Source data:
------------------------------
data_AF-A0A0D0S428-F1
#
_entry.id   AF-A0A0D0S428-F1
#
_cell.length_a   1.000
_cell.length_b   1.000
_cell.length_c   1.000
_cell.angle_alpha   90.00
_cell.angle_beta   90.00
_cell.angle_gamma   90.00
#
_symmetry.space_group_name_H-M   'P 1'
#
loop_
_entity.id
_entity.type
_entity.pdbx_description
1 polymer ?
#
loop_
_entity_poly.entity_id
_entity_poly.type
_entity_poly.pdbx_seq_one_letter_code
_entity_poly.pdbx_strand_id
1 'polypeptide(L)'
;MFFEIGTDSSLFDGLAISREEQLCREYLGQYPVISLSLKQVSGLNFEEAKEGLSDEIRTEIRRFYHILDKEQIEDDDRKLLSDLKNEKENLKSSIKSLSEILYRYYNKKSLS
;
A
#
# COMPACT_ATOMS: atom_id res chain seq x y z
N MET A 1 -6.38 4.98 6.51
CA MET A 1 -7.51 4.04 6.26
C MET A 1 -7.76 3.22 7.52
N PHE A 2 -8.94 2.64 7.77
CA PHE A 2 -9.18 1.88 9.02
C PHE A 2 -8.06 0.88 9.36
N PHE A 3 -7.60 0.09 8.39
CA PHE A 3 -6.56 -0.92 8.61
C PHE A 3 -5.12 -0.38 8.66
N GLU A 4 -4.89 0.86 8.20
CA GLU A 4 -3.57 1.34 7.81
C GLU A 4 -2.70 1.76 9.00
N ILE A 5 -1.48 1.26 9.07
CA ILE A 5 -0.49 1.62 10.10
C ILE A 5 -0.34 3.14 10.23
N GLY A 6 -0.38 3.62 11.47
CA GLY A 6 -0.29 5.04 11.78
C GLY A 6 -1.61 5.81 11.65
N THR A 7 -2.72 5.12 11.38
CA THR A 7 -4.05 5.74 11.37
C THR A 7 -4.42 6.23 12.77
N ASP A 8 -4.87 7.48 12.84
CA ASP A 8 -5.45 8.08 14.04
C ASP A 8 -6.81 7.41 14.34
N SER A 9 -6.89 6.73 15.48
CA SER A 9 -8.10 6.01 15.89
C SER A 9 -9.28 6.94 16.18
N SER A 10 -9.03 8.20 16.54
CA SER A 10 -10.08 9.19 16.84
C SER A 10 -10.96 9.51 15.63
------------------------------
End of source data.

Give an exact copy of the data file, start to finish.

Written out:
data_AF-A0A0D0S428-F1
#
_entry.id   AF-A0A0D0S428-F1
#
_cell.length_a   1.000
_cell.length_b   1.000
_cell.length_c   1.000
_cell.angle_alpha   90.00
_cell.angle_beta   90.00
_cell.angle_gamma   90.00
#
_symmetry.space_group_name_H-M   'P 1'
#
loop_
_entity.id
_entity.type
_entity.pdbx_description
1 polymer ?
#
loop_
_entity_poly.entity_id
_entity_poly.type
_entity_poly.pdbx_seq_one_letter_code
_entity_poly.pdbx_strand_id
1 'polypeptide(L)'
;MFFEIGTDSSLFDGLAISREEQLCREYLGQYPVISLSLKQVSGLNFEEAKEGLSDEIRTEIRRFYHILDKEQIEDDDRKLLSDLKNEKENLKSSIKSLSEILYRYYNKKSLS
;
A
#
# COMPACT_ATOMS: atom_id res chain seq x y z
N MET A 1 -6.38 4.98 6.51
CA MET A 1 -7.51 4.04 6.26
C MET A 1 -7.76 3.22 7.52
N PHE A 2 -8.94 2.64 7.77
CA PHE A 2 -9.18 1.88 9.02
C PHE A 2 -8.06 0.88 9.36
N PHE A 3 -7.60 0.09 8.39
CA PHE A 3 -6.56 -0.92 8.61
C PHE A 3 -5.12 -0.38 8.66
N GLU A 4 -4.89 0.86 8.20
CA GLU A 4 -3.57 1.34 7.81
C GLU A 4 -2.70 1.76 9.00
N ILE A 5 -1.48 1.26 9.07
CA ILE A 5 -0.49 1.62 10.10
C ILE A 5 -0.34 3.14 10.23
N GLY A 6 -0.38 3.62 11.47
CA GLY A 6 -0.29 5.04 11.78
C GLY A 6 -1.61 5.81 11.65
N THR A 7 -2.72 5.12 11.38
CA THR A 7 -4.05 5.74 11.37
C THR A 7 -4.42 6.23 12.77
N ASP A 8 -4.87 7.48 12.84
CA ASP A 8 -5.45 8.08 14.04
C ASP A 8 -6.81 7.41 14.34
N SER A 9 -6.89 6.73 15.48
CA SER A 9 -8.10 6.01 15.89
C SER A 9 -9.28 6.94 16.18
N SER A 10 -9.03 8.20 16.54
CA SER A 10 -10.08 9.19 16.84
C SER A 10 -10.96 9.51 15.63